- The Housing Act 1996 and the Homelessness Code of Guidance for Local Authorities set out councils’ powers and duties to people who are homeless or threatened with homelessness.
- The Act gives homeless applicants a right of review about councils’ main decisions on their homelessness application. This includes a decision the person is intentionally homeless.
- If the person wants to challenge a review decision, they can appeal to the county court on a point of law.
- Housing benefit helps people on low incomes to pay their rent. It is a means tested benefit, taking both capital and income into account. Depending on the claimant’s means the benefit might not meet their entire rent amount. If this is the case the claimant is responsible for making up any shortfall.
- The Housing Benefit and Council Tax Benefit (Decisions and Appeals) Regulations 2001 and government guidance (‘housing benefit overpayments guide’) set out a council’s duties to people who appeal its decisions. Councils must make decisions in writing. The decision notice must advise claimants of their right to ask for more information and to appeal the decision. Claimants can ask the council to reconsider (internally review) its decision. The request must be made in writing within one month of them receiving the council’s decision letter.
- The council will look at its housing benefit decision again when it receives an appeal. It may ask the claimant for further evidence to support their appeal. The Council will then write to the claimant with its review decision explaining its decision. The Council should automatically send the claimants appeal to the tribunal if it does not change its decision, or if it changes it decision and reduces the housing benefit further.
Housing benefit non-dependent deductions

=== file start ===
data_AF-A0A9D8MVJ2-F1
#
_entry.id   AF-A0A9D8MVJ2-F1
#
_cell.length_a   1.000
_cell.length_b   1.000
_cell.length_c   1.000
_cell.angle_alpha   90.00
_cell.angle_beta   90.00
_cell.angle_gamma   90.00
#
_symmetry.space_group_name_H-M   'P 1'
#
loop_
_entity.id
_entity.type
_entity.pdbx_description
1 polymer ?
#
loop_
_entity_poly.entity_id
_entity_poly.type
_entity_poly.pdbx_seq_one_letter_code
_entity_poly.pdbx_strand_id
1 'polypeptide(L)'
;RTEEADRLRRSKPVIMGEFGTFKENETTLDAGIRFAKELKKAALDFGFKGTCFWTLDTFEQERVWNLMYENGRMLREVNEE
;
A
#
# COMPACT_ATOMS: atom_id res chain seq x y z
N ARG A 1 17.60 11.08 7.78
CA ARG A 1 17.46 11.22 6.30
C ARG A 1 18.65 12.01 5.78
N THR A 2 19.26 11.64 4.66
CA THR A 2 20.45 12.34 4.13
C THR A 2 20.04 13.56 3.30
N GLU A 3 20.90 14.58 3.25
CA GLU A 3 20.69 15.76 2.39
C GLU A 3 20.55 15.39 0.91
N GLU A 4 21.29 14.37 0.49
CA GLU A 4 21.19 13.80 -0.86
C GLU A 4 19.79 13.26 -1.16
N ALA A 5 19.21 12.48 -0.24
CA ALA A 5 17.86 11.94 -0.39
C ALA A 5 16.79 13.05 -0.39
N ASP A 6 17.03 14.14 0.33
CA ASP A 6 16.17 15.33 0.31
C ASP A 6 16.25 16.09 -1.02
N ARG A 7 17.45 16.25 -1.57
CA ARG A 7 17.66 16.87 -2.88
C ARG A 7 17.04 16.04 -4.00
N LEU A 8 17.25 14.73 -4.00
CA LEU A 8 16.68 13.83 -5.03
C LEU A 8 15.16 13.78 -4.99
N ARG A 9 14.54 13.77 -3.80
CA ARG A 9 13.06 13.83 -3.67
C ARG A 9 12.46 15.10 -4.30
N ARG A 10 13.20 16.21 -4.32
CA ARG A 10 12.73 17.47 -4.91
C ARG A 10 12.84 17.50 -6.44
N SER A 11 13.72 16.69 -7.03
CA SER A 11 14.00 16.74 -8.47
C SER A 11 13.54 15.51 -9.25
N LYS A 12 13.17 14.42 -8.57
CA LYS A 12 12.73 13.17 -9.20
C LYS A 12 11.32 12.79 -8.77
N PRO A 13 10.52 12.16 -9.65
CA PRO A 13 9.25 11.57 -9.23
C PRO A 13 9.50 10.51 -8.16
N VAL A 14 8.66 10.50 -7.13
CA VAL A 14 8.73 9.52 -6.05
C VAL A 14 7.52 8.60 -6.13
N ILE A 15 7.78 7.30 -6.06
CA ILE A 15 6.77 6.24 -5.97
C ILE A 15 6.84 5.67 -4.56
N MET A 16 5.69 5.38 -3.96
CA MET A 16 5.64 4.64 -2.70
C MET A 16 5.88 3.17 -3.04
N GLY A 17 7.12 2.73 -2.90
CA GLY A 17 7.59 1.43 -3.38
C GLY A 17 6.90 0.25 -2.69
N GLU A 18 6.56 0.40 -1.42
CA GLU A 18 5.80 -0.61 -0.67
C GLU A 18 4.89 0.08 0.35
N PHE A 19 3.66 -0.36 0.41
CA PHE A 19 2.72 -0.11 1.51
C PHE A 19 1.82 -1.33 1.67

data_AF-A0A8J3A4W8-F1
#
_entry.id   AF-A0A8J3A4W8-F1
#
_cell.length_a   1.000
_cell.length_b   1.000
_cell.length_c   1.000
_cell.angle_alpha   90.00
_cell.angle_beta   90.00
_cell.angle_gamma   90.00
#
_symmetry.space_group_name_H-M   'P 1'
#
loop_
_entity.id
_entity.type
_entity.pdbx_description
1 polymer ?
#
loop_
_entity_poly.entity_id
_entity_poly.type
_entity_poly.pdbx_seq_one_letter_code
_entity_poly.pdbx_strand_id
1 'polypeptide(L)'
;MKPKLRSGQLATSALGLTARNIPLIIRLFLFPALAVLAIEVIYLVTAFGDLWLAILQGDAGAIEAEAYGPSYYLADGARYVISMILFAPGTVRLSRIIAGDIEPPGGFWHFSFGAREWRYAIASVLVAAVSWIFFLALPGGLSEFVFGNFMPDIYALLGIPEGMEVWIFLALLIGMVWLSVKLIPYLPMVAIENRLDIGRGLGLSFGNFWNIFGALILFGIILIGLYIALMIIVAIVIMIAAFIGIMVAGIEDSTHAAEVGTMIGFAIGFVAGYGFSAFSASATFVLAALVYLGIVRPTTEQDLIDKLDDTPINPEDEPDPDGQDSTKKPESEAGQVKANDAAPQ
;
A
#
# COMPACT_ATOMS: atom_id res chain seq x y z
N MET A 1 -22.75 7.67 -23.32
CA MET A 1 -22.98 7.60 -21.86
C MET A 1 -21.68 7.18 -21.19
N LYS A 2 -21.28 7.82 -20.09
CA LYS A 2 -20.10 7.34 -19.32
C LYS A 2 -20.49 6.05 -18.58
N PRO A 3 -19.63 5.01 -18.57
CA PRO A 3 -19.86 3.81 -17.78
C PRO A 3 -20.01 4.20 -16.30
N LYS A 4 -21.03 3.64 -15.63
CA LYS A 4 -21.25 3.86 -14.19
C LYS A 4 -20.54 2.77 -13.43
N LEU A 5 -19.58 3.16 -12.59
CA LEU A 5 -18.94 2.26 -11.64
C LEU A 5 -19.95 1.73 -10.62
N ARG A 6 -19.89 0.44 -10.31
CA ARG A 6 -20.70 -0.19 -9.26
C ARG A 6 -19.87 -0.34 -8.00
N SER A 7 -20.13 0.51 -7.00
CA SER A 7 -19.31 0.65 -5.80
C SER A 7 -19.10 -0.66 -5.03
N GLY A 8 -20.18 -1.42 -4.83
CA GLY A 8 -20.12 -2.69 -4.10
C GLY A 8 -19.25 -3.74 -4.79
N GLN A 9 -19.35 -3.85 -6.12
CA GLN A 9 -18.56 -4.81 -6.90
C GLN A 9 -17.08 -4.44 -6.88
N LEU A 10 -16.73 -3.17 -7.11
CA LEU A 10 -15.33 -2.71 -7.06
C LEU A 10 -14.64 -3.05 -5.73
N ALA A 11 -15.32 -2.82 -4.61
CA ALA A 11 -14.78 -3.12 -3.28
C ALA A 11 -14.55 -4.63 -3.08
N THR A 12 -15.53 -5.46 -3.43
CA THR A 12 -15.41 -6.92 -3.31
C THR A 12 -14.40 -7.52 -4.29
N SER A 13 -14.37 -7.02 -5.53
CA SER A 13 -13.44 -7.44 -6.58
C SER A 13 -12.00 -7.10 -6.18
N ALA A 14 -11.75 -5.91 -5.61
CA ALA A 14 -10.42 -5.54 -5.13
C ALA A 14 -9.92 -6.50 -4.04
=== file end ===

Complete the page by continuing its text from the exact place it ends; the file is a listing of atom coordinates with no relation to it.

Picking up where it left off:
- It is assumed that most non-dependent adults living with someone on housing benefit should contribute towards the rent. A reduction to housing benefit applies whether the person is contributing to the rent or not. A claimant’s housing benefit is reduced by a set amount based on the non-dependent’s weekly income. It is the claimant’s responsibility to tell the Council about any non-dependents living with them.
- A non-dependent can be a parent, child, relative or friend who lives in the home. They must be aged 18 or over. A non-dependent deduction does not apply to a person who is under the age of 25 who claims jobseekers’ allowance, income support, income related employment support or universal credit with no income. If a non-dependent claims benefits, the claimants housing benefit is reduced by £15.60 each week. Otherwise, the amount differs depending on the non-dependent’s weekly income.
- In 2015 the Council accepted a full homelessness duty to Ms Y. This was after the landlord evicted her from the private rented accommodation she lived in previously. Records show the landlord intended to refurbish and sell the property. In line with its duties the Council provided Ms Y with temporary accommodation at property A. Ms Y moved into property A in November 2015. Ms Y occupied property A with her two children, one of whom, G, was an adult.
- Ms Y claimed housing benefit and had done so since 2010. Ms Y used her housing benefit to help pay for the rent at property A. The records show the rent at property A was £402.50 each week and the Council made Ms Y aware that it was her responsibility to pay any shortfall in the rent which her housing benefit did not cover. The records show Ms Y was awarded various amounts of housing benefit after she moved into property A and for a large proportion of the time, this amount was not enough to cover the full rent. Housing benefit letters to Ms Y show this was because of deductions due to Ms Y’s income and because her child G, was an adult and therefore treated as a non-dependent member of the household. The rent records for property A show Ms Y did not make payments each week to cover the shortfall in rent.